1. Acknowledging the positive points (HT support and Year 6 teacher's letter) and considering them (as stated in the clerk's notes. Whilst obviously a favourable element in your case, these letters cannot entirely supercede the Year 5 report, merely help to mitigate the negative comments.

2. Likewise acknowledging the positive and negative points in the Year 5 report, and beginning to balance that against the Year 6 comments and Head's letter.

3. Balancing both of those points against the score of 118 (and the other score, if that was lower) and then deciding if the additional medical evidence was sufficient to have made 11+ score unrepresentative of his academic ability.

The panel will of course have also looked at the Order of Suitability at some stage during the discussion, but as you don't mention it, I am guessing that it was not a strong point for or against in your son's case.

The notes state clearly that all the evidence was considered. The clerk's notes are not a word-for-word record of the the proceedings and inevitably, because the outcome was unfavourable, will tend to focus on the reasons for that.

I am afraid that I would personally have to advise you against an Ombudsman Appeal. There is nothing to suggest that the panel did not consider all the evidence, and the Ombudsman would be very likely to conclude that the correct procedure was followed.

I am truly sorry that I can't be more optimistic for you.

Best wishes
Sally-Anne


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PostPosted: Fri Mar 14, 2008 11:39 pm 
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Hi Sally Anne, thank you for your reply.... More Questions I'm afraid:

His 2nd paper score was 111. [He said he panicked as he didn't complete first paper].
The panel member that allowed advised he was satisfied that performance was adversely affected by health which must have been accompanied by some anxiety. Taking into account progress in reading ability [Feb 07: 12.7 Sep 07:14.4 ] & SATs predictions - I am pursuaded.

OoS: 9th, 2:1, with passes at 8 & above + 12. [Good I think]

VR Score in Feb 07 was also 118. His reading age improved from 12.7 to 14.4 in that same period. Yet the "Refused" panel did not assume a similar increment on VR score (given the fact he was ill). THIS BIT I disagree with... but know I can't do anything about it :x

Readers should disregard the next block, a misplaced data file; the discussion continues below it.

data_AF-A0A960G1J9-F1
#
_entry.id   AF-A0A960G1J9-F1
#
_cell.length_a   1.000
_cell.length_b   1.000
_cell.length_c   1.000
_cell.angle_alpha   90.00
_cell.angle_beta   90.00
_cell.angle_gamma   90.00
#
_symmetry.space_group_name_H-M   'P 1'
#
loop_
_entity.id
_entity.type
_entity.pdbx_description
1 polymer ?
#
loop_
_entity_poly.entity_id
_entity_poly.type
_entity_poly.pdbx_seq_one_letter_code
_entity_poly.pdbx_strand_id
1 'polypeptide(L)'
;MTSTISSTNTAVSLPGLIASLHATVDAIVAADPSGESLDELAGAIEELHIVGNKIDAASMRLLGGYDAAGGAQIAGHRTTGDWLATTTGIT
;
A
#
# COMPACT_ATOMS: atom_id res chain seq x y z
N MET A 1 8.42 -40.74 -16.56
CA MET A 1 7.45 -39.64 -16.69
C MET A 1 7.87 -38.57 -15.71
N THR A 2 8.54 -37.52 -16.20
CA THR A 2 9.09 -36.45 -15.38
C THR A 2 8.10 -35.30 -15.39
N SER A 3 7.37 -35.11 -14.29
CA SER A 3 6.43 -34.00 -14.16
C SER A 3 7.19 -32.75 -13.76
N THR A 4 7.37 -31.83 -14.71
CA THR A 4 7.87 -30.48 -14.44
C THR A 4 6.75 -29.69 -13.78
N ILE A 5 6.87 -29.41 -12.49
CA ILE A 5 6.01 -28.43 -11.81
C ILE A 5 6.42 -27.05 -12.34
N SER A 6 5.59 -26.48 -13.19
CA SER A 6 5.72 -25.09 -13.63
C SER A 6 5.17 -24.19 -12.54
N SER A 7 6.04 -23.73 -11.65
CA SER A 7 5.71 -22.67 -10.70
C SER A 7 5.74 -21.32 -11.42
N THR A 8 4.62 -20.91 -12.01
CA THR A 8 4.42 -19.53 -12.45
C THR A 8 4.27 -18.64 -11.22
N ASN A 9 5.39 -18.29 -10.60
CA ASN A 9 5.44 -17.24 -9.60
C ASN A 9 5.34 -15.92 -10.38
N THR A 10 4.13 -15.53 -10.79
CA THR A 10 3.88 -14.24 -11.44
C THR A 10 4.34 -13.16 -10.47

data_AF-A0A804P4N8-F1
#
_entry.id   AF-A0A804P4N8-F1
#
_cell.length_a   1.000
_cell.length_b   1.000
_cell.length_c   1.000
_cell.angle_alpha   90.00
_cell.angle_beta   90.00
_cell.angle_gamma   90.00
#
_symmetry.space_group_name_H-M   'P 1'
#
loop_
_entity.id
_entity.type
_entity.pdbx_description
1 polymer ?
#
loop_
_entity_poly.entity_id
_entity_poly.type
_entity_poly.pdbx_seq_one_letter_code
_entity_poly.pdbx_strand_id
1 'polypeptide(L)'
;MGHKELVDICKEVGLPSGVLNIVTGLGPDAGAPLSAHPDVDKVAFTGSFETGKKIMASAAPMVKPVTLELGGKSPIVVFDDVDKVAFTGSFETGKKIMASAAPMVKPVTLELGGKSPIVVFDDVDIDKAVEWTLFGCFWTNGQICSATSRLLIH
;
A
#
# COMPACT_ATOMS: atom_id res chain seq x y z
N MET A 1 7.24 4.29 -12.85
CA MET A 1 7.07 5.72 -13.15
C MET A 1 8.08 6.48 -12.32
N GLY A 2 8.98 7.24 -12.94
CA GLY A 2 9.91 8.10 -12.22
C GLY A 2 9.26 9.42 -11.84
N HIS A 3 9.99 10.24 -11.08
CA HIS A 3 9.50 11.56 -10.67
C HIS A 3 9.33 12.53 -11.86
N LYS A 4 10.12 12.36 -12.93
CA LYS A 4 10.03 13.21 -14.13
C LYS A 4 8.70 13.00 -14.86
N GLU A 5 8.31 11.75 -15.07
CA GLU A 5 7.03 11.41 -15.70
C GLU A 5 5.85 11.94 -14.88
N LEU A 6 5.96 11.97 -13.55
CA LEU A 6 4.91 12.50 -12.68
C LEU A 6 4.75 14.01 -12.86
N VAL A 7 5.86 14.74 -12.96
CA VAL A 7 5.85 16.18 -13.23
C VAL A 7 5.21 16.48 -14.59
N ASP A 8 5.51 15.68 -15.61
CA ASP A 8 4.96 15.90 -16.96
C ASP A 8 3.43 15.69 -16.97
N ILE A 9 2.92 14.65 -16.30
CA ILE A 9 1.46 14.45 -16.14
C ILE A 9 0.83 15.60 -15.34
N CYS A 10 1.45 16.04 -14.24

While I know the clerk's notes are not verbatim, it would seem they miss the most important part - the content of latest information, Y6 Teacher letter.
Can I ask, why would a Y5 Report hold more gravitas than the letter from his current Y6 teacher, when he has clealy been working towards Y5 targets?
Look forward to your comments.
Nx


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PostPosted: Sat Mar 15, 2008 12:39 am 
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Dear nicaukids

First of all, a couple of observations (wearing my old IAP hat) that have nothing to do with the process, but might possibly be of interest.
Quote:
His reading age improved from 12.7 to 14.4 in that same period.
I doubt that, and I suspect the panel member who drew conclusions didn't realise that these tests are a snapshot - and, like a snapshot, sometimes blurred. I accept there's enough evidence of a good reading age, but I wouldn't accept that these two results are entirely accurate - nor (most importantly) that the apparent improvement could be applied to a completely different test (the VR score) anyway.

Secondly, school reports are interesting in that they tend to show "warts and all", whereas most references seem to be positive - rather like the order of suitability where, on average, only around 43% of the "2"s actually achieve the predicted score of 121+. You don't say anything about the accuracy of your headteacher - would I be right in thinking that he/she tended to be optimistic? I will eat my hat if the vast majority of "2"s scored 121-130! :D